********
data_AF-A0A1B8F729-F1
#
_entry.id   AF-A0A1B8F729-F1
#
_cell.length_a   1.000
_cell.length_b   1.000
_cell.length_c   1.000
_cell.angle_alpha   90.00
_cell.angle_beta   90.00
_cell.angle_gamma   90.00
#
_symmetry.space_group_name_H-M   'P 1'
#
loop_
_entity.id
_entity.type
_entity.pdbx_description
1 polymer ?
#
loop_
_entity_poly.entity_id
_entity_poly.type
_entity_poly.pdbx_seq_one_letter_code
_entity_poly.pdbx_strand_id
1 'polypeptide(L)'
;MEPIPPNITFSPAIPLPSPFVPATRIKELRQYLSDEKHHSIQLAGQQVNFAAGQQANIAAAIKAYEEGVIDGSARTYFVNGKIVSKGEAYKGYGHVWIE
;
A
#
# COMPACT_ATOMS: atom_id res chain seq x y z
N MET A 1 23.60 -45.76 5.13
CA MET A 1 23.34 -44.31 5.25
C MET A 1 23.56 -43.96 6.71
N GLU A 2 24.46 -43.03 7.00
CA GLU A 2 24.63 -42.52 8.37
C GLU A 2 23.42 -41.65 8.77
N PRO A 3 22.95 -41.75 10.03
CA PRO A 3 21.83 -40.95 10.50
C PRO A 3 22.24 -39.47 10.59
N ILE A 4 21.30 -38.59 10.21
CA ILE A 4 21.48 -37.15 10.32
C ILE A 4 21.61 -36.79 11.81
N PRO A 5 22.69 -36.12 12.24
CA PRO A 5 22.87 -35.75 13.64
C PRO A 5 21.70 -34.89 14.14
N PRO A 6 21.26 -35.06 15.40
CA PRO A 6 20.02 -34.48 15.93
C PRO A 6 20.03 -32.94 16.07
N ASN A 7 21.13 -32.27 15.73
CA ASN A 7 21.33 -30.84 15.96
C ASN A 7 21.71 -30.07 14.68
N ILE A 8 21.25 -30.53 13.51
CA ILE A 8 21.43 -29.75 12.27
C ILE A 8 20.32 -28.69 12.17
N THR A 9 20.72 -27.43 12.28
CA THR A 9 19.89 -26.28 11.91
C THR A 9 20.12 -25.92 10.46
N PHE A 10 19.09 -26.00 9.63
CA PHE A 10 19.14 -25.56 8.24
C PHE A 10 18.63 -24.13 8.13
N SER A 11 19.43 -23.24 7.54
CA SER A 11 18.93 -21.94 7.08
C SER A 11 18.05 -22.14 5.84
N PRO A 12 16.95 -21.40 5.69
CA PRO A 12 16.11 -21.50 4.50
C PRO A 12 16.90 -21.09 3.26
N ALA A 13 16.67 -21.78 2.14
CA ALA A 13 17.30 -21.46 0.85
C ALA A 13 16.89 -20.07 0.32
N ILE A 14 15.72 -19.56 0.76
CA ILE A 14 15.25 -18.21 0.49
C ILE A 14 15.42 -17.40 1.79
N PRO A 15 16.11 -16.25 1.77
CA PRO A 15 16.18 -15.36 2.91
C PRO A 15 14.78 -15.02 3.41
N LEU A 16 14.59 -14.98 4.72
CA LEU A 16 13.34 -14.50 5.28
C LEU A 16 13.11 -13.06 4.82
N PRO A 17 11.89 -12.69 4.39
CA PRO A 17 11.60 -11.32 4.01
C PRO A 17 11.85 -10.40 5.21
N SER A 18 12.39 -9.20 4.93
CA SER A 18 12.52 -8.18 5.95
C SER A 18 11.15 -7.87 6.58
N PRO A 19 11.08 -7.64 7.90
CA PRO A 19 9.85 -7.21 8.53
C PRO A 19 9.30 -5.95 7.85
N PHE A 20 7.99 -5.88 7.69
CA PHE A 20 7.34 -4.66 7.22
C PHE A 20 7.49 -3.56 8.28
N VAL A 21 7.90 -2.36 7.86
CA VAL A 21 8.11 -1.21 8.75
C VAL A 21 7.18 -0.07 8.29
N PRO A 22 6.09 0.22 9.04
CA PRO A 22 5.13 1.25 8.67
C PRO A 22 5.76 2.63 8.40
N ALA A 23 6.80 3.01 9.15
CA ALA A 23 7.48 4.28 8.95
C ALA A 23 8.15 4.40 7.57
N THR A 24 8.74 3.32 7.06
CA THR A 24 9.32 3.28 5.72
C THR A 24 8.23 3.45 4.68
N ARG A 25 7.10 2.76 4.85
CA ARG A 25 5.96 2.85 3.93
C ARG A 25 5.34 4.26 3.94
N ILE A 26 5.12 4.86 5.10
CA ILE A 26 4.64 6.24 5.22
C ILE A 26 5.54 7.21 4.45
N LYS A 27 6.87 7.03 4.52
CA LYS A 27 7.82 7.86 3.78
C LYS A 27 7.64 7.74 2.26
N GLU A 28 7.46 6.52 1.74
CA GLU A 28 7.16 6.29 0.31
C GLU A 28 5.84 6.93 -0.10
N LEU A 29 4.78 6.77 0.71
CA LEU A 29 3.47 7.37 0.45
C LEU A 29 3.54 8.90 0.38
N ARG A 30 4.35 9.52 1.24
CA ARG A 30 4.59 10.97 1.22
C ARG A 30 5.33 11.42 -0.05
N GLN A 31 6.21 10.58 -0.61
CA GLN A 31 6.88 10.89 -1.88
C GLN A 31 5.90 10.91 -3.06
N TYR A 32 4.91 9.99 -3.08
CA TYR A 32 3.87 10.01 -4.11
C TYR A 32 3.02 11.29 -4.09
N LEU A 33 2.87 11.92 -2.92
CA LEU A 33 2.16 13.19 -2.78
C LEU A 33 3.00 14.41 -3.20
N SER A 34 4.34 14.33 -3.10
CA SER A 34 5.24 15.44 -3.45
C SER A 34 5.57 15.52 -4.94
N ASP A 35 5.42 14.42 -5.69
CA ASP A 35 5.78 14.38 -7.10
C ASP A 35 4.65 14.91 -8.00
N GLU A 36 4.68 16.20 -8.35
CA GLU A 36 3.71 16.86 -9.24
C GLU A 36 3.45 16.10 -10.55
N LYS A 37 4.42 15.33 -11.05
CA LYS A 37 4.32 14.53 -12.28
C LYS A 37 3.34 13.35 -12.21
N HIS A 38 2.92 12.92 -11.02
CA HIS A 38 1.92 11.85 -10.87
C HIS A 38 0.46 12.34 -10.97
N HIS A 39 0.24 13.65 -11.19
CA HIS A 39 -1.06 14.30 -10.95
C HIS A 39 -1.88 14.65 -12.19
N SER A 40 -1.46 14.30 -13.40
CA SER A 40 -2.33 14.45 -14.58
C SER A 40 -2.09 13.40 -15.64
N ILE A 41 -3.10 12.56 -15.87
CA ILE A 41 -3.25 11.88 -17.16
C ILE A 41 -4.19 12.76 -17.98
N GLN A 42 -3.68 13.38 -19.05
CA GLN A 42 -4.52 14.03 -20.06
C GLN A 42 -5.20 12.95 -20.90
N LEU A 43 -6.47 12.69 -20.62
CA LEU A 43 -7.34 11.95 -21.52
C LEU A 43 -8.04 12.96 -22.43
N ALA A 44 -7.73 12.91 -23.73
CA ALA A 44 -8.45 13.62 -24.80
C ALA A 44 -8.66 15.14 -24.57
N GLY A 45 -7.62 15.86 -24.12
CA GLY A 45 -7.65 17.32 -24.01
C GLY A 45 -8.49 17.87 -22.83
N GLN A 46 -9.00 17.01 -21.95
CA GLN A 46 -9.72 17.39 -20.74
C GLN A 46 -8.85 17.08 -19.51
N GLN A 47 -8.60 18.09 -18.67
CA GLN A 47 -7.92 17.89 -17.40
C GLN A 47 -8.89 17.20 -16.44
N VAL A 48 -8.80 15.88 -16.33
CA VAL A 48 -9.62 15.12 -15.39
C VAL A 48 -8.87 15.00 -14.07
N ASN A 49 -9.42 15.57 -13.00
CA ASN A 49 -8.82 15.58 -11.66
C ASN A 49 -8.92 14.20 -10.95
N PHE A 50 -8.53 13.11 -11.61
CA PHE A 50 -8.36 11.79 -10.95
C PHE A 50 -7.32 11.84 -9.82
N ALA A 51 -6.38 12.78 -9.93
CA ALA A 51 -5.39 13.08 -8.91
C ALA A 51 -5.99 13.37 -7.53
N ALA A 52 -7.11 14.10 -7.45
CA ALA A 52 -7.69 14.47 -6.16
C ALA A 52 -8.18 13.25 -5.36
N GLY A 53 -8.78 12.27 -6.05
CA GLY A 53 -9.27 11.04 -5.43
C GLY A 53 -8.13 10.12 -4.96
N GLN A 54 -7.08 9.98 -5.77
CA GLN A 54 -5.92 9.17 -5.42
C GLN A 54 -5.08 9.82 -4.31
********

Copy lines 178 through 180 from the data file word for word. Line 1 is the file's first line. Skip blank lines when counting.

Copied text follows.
N PHE A 50 -8.53 13.11 -11.61
CA PHE A 50 -8.36 11.79 -10.95
C PHE A 50 -7.32 11.84 -9.82